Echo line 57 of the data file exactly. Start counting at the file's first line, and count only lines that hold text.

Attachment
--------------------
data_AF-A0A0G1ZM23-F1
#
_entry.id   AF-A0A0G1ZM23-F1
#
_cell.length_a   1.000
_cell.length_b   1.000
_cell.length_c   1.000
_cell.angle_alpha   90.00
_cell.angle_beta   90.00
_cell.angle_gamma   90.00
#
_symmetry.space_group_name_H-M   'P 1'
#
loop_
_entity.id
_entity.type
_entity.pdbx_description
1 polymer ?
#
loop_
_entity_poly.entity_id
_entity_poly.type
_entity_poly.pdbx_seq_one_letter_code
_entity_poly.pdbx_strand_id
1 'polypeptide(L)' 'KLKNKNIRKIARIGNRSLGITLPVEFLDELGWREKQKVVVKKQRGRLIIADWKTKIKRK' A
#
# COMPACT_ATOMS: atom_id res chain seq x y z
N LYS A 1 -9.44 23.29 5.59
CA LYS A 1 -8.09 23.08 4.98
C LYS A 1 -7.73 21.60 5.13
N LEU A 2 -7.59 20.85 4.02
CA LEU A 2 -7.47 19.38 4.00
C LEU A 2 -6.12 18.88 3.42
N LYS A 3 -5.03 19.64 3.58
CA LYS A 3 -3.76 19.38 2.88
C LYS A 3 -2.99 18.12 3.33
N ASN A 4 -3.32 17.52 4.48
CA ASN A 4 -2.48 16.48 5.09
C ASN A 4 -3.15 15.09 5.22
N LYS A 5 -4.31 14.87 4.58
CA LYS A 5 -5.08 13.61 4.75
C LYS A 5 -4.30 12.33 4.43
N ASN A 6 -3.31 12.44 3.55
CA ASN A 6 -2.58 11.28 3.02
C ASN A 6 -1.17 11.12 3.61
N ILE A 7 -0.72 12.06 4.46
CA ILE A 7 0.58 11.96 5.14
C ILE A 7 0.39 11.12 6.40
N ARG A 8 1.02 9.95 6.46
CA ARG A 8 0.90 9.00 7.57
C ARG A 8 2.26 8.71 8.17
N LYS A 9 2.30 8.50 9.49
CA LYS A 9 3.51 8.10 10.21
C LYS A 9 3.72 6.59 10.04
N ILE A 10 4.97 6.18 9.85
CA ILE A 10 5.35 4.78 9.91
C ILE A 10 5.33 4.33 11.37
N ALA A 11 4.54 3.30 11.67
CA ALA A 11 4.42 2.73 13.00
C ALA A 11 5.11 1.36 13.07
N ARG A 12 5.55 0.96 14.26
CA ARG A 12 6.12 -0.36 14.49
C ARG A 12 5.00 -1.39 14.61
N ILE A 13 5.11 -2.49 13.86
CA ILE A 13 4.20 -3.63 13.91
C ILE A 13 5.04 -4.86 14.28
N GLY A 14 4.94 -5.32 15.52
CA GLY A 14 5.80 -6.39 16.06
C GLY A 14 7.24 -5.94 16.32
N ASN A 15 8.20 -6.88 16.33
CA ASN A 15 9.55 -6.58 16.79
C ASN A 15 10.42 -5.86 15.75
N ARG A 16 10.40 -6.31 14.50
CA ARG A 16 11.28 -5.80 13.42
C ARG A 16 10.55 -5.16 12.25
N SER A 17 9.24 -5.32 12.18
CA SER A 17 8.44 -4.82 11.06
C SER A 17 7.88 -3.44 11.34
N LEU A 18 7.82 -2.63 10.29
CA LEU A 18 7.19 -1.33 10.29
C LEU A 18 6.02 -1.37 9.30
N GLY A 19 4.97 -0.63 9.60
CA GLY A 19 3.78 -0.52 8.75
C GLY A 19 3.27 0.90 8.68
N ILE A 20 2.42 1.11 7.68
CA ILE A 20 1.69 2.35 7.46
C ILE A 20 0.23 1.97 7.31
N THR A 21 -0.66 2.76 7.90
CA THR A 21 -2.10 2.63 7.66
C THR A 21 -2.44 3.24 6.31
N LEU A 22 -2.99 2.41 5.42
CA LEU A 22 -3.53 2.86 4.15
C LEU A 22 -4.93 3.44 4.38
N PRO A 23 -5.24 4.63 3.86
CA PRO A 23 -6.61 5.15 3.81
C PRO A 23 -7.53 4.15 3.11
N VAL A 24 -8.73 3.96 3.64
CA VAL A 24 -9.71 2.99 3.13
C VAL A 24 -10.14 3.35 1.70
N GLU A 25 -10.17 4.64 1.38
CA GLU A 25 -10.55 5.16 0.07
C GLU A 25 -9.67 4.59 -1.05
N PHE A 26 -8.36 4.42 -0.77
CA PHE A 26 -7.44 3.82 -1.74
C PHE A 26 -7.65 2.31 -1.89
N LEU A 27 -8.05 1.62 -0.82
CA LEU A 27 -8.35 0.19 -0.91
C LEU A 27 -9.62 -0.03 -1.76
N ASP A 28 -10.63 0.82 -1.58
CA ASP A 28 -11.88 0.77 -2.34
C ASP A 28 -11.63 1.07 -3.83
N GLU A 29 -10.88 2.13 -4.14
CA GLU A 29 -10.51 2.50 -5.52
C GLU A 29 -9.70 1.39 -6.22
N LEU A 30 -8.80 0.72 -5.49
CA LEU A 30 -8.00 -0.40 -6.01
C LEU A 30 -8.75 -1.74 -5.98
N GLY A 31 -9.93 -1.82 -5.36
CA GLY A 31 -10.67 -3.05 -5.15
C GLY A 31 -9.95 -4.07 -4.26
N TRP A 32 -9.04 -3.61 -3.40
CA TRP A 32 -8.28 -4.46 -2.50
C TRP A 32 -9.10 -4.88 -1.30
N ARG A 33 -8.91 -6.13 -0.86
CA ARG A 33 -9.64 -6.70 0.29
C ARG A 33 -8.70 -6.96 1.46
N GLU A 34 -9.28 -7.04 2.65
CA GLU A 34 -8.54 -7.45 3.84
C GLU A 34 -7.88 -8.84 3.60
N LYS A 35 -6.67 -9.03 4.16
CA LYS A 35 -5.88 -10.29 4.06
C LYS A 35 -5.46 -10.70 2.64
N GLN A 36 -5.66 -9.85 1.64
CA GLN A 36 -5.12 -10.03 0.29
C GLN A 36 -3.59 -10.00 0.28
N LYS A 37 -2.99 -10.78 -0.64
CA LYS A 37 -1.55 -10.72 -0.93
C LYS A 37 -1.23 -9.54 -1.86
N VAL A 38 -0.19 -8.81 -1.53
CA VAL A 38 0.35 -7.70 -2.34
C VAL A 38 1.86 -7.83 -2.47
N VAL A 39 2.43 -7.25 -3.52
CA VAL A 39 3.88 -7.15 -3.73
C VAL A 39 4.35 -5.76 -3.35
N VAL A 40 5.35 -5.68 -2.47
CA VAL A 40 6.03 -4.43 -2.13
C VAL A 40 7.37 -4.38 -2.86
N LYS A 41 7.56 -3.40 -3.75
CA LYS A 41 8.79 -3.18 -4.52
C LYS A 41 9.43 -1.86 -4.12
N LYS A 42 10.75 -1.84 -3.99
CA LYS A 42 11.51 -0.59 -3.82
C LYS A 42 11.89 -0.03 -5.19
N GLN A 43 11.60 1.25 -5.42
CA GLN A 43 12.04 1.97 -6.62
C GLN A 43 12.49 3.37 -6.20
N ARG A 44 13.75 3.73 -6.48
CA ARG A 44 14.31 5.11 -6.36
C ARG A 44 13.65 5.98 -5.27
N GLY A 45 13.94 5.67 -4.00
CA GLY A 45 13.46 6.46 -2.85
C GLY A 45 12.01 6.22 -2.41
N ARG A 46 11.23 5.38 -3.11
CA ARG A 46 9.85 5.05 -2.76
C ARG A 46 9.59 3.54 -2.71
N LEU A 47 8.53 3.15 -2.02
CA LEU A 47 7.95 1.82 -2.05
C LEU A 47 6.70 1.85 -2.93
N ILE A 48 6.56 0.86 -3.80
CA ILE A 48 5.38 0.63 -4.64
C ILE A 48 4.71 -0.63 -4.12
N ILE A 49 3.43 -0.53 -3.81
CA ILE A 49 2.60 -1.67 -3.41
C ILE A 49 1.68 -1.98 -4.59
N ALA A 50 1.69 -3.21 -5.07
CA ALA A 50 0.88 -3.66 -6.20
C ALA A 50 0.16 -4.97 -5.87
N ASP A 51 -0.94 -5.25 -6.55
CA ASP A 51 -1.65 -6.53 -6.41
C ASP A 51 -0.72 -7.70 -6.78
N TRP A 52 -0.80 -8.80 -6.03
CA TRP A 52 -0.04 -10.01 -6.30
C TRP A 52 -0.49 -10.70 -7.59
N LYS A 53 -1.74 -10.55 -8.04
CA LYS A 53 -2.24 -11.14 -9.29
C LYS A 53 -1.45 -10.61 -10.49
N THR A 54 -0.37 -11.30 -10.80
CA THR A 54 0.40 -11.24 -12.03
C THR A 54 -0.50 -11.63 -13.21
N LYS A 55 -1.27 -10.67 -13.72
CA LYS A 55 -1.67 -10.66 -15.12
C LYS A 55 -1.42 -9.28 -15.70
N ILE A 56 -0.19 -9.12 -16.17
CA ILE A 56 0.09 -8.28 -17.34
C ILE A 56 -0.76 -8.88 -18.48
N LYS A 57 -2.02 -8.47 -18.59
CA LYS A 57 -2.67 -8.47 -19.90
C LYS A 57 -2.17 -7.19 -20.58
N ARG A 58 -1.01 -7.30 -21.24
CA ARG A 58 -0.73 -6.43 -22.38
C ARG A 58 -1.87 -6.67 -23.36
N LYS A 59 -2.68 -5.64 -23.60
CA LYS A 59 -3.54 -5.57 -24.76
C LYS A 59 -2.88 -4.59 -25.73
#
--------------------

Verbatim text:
C ILE A 10 5.33 4.33 11.37